INDIANAPOLIS-How, what, when, where and why? Five of life’s most commonly asked questions about trivial matters such as new technology, modern medicine, life, death and Roy Hibbert.
How is a 7’2, NBA center averaging 10.8 PPG and just 6.6 RPG? What happened to the 2013 playoff version of Hibbert? When will Hibbert return to a true All Star’s form? Where is Hibbert’s heart? Why is Indiana Pacers head coach Frank Vogel still starting Hibbert?
I have never seen a season unravel for one player like it has for Hibbert this season. Let me reiterate that—I’ll try to be a little clearer for everyone—I have never seen such a horrid performance in my entire life, Roy.
What is left to blame? Exhaustion, team struggles, selfish teammates and foul trouble are all checked off. There is nothing left to blame. Not even the greatest of conspiracy theorists could lecture a logical explanation for averaging such pedestrian numbers and there isn’t a car salesman in the United States that could possibly rationalize how Hibbert is playing, selling us all on why we should continue to believe he will ever be what he once was, let alone what he couldhave been.
After Sunday’s win over the Oklahoma City Thunder, Vogel went to bat for Hibbert when asked to gauge his performance. Hibbert finished 0-9 from the field with no points and six rebounds.
“I thought he looked pretty good. Other than missing shots, I thought he played better with a good energy,” Vogel said of Hibbert’s scoreless outing. “He looked better than he did a week ago. I think the time off helped him more than anybody.”
Okay, he played with a little more pep in his step, but he missed nine—nine—shots from the field. I don’t want to blow a quote out of proportion or take it out of context. That’s ridiculous, though. If we’re going to defend a sub-par performance for a guy with big-time expectations, then let’s take a trip to Statville, shall we?
In the month of April, Hibbert has averaged 5.6 PPG and 2.4 RPG in five games played. In the month of March, Hibbert averaged 9.7 PPG and 4.6 RPG in 18 games played.
Hibbert has played in 79 games this season. In 50—yes, 50— of those 79 games, Hibbert has scored less than 12 points. In 36 of those 79 games, Hibbert grabbed five or less rebounds. In fact, the “Big Dog” has only scored morethan 18 points in 11 of those 79 games and grabbed 10 or more rebounds in just19 of the 79 games (by-the-way, when you see a word italicized that’s me screaming).
Oh, just wait, it gets better. Roy has scored less than five points—five—in 17 games this season.
Miles Plumlee, remember him? He has averaged 8.1 PPG and 7.9 RPG this season. Yes, you read that correctly, Miles Plumlee, folks. In only three games played this year for the Pacers, Andrew Bynum averaged 8.7 PPG and 5.6 RPG. Bynum, a center battling knee issues coming off of prior locker room issues with other teams, and Plumlee, a second-year center, are almost averaging the same numbers as Hibbert, a 2013-2014 NBA All Star center.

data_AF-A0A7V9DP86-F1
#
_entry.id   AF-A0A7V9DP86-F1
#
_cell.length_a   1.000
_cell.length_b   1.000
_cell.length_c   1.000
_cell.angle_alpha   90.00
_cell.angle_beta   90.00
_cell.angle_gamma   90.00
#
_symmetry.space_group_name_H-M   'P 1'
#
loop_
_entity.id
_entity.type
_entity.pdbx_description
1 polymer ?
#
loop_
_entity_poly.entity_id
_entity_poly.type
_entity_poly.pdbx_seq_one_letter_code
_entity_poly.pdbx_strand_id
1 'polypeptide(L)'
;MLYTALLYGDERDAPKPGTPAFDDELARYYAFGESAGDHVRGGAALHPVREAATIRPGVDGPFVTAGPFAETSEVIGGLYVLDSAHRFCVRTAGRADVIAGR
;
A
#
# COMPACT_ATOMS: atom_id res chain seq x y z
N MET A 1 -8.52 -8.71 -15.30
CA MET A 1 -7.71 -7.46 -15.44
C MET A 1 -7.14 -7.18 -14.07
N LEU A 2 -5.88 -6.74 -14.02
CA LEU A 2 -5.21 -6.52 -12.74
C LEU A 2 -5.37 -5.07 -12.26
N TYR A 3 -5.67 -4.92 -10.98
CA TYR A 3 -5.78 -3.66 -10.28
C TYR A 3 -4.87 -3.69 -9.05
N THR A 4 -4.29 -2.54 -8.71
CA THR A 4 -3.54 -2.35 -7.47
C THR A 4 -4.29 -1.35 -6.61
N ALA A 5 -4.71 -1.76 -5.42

There are 18 starting centers in the NBA averaging more points and rebounds per game than Hibbert. Oh, but it gets worse. There are four back–up centers in the NBA averaging more points and-or rebounds per game than Hibbert. Back up centers, as in, they don’t play as many minutes as starting centers.
Are you sitting down? Okay, for your enjoyment, here are your 2013-2014 NBA centers that make Hibbert look like he is 6 ft. without an ounce of basketball ability in the paint.
Toronto Raptors: Jonas Valanciunas 11.2 PPG, 8.8 RPG
Los Angeles Clippers: Deandre Jordan 10.5 PPG, 13.7 RPG, 2.5 BPG
Stats were obtained via NBA.com. All players listed were listed as a C. Duncan and Aldridge were listed as C/PF. Asterisk indicates player plays PF/C.
Ian Mahinmi’s 3.5 PPG and 3.3 RPG isn’t much, but even a little-bit has been a lot better than Roy’s whole-lot-of-nothin’ lately. Mahinmi brings a level of athleticism as well. His ability to run the floor and get involved on rebounds and tipped balls at the rim makes Hibbert look like a baby deer trying to walk for the first time on ice.
A slump is a brief span of games where you play mediocre. A slump would be nine points and seven rebounds per game. This is not a slump. This is a guy that has fallen off so far its beginning to make Sam Bowie and the PortlandTrailblazersfeel good about themselves (see 1984 NBA draft). And speaking of Portland, they should feel good about themselves; they duped the Pacers into a $58 million deal for Hibbert two summers ago.
Look, I have a pretty savvy set of problem solving skills and this case isn’t a hard one to crack, people. You don’t have to be a member of Mensa to figure it out. Roy’s time in Indiana is wearing thin, very thin.
Larry Bird and the Pacers’ front office have some serious questions to ask themselves this offseason—if they’re not already asking them. If Hibbert continues to regress into the dismal abyss of sorrow where could-have-been and never-was players hang out, the Pacers are going to need to look for a new starting center and a team that wants to pay the remaining millions to Roy Hibbert.
The Pacers will sit David West, Paul George, Lance Stephenson and C.J. Watson tonight against the Orlando Magic. George Hill and Hibbert will play to try and gain a little traction heading into this weekend’s playoff opener at home against Atlanta.
Corey Elliot is a Senior Writer at the Indy Sports Report and a member of the Professional Basketball Writers Association.Corey is recognized as accredited member of the media by the Pacers and has full media access. You can follow Corey and ISR on Twitter.
Corey Elliot is a Beat Writer at the Indiana Sports Report and a member of the Professional Basketball Writers Association. He is recognized as accredited member of the media by the Pacers and has full media access.
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